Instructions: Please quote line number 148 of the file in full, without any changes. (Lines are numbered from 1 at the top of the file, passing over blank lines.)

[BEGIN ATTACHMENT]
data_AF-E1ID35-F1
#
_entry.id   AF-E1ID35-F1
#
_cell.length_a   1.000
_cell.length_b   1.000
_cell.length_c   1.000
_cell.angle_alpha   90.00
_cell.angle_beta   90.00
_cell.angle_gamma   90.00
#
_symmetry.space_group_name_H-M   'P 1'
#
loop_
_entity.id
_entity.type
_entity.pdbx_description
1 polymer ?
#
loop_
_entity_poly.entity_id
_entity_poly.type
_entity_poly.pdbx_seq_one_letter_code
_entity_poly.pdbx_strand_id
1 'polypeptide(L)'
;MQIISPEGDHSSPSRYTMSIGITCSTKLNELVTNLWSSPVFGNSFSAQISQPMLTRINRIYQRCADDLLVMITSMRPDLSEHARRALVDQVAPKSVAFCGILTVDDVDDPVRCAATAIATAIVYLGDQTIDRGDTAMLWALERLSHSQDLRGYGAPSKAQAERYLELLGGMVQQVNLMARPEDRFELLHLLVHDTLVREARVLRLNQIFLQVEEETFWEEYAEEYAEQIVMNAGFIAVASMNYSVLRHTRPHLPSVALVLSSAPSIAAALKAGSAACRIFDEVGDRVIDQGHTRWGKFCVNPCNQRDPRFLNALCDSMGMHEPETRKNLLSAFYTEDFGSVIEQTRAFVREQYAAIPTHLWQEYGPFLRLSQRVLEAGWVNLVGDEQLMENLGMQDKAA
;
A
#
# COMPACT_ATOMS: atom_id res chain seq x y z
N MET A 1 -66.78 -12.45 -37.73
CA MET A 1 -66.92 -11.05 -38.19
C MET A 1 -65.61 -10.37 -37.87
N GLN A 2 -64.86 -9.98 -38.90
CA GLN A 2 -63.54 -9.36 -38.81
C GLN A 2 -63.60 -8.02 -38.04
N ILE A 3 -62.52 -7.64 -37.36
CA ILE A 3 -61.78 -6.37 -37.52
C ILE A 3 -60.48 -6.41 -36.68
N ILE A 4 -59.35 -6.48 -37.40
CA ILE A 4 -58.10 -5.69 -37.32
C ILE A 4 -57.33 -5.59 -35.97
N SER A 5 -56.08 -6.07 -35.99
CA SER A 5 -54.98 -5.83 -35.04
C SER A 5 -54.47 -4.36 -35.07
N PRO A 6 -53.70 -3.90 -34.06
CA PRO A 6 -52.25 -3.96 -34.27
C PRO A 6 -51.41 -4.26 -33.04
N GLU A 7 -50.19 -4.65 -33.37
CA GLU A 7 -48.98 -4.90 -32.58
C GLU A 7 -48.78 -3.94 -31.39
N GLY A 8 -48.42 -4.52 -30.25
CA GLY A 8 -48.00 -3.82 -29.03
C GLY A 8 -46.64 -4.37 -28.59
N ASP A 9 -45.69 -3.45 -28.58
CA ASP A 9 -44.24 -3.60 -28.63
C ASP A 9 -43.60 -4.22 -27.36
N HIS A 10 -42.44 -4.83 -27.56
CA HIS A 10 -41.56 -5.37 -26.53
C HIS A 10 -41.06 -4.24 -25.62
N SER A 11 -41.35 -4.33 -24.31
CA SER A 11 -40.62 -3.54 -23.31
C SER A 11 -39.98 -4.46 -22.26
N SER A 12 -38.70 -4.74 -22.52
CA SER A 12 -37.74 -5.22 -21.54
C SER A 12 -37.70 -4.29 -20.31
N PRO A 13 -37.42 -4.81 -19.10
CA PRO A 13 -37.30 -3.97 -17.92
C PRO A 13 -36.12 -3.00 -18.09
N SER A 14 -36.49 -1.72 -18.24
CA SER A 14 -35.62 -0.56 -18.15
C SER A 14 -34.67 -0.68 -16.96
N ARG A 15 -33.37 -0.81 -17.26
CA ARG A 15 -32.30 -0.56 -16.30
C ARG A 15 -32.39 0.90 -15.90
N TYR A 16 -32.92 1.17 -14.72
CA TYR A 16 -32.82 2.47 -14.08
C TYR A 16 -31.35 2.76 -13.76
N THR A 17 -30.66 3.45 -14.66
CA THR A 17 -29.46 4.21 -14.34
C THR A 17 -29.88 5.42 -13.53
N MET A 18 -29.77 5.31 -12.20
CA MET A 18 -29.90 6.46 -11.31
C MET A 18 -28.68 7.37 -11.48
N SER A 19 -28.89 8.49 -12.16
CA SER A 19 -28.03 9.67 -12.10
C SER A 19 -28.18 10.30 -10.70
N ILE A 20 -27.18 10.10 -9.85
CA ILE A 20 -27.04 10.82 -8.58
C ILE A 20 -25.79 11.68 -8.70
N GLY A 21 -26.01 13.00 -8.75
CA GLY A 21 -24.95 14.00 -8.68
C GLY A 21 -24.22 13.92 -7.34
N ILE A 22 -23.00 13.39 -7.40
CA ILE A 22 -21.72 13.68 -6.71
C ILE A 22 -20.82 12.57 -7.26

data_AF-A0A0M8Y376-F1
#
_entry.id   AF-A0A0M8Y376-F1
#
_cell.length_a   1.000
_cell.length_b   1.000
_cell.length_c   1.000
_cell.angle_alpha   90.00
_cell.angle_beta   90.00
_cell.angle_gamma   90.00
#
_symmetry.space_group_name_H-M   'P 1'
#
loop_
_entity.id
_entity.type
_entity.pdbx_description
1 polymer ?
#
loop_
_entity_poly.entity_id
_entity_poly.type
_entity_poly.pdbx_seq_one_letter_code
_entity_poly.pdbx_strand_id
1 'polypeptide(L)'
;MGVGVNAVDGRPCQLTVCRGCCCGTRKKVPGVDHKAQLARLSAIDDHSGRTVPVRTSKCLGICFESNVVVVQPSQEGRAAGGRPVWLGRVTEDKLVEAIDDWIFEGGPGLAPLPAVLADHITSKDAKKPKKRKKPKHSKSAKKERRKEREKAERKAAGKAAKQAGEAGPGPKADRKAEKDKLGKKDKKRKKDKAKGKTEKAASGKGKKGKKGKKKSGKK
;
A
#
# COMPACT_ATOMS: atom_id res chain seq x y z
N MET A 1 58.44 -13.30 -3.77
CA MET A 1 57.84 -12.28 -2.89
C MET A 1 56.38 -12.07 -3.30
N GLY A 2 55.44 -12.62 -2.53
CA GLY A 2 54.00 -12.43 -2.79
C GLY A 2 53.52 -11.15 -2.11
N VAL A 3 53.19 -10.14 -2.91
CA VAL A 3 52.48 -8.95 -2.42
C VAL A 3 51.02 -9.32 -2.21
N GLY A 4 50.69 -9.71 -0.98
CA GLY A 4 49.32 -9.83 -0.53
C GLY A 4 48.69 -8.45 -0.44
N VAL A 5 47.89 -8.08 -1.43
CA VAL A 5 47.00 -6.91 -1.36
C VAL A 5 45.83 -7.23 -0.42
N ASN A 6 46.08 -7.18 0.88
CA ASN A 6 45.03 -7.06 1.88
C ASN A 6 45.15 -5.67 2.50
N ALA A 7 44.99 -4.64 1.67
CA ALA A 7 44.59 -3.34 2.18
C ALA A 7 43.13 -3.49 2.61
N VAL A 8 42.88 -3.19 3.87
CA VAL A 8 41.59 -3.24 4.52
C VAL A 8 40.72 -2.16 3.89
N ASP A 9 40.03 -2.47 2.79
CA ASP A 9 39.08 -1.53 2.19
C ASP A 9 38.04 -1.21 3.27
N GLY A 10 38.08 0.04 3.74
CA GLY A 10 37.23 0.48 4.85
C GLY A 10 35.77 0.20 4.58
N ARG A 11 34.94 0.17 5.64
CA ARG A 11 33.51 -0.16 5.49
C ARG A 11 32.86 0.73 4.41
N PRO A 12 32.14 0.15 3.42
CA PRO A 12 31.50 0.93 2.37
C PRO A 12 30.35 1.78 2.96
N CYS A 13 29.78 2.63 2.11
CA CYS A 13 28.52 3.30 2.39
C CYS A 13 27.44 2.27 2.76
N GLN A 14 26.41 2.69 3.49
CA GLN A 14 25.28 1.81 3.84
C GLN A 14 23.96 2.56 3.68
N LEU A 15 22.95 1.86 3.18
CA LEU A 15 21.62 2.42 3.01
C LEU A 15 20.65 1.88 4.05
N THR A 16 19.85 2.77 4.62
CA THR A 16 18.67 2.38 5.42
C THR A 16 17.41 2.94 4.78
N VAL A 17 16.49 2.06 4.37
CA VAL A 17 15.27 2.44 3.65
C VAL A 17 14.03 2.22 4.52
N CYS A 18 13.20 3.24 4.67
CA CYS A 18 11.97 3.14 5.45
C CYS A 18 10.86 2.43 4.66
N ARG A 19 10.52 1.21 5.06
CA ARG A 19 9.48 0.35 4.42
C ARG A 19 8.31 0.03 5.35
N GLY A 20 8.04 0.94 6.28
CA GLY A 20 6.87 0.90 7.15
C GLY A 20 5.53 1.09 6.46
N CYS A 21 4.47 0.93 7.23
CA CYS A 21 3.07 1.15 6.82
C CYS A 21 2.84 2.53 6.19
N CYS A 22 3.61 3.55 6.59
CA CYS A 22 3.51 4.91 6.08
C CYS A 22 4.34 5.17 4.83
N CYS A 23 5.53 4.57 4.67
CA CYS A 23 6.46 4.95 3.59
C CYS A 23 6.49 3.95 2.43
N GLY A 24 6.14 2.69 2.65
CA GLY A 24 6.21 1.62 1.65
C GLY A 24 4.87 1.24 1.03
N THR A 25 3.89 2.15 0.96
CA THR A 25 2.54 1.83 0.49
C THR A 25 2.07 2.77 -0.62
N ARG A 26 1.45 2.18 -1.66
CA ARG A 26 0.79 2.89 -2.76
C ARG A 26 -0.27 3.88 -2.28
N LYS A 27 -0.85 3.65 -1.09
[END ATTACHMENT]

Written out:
N VAL A 8 42.88 -3.19 3.87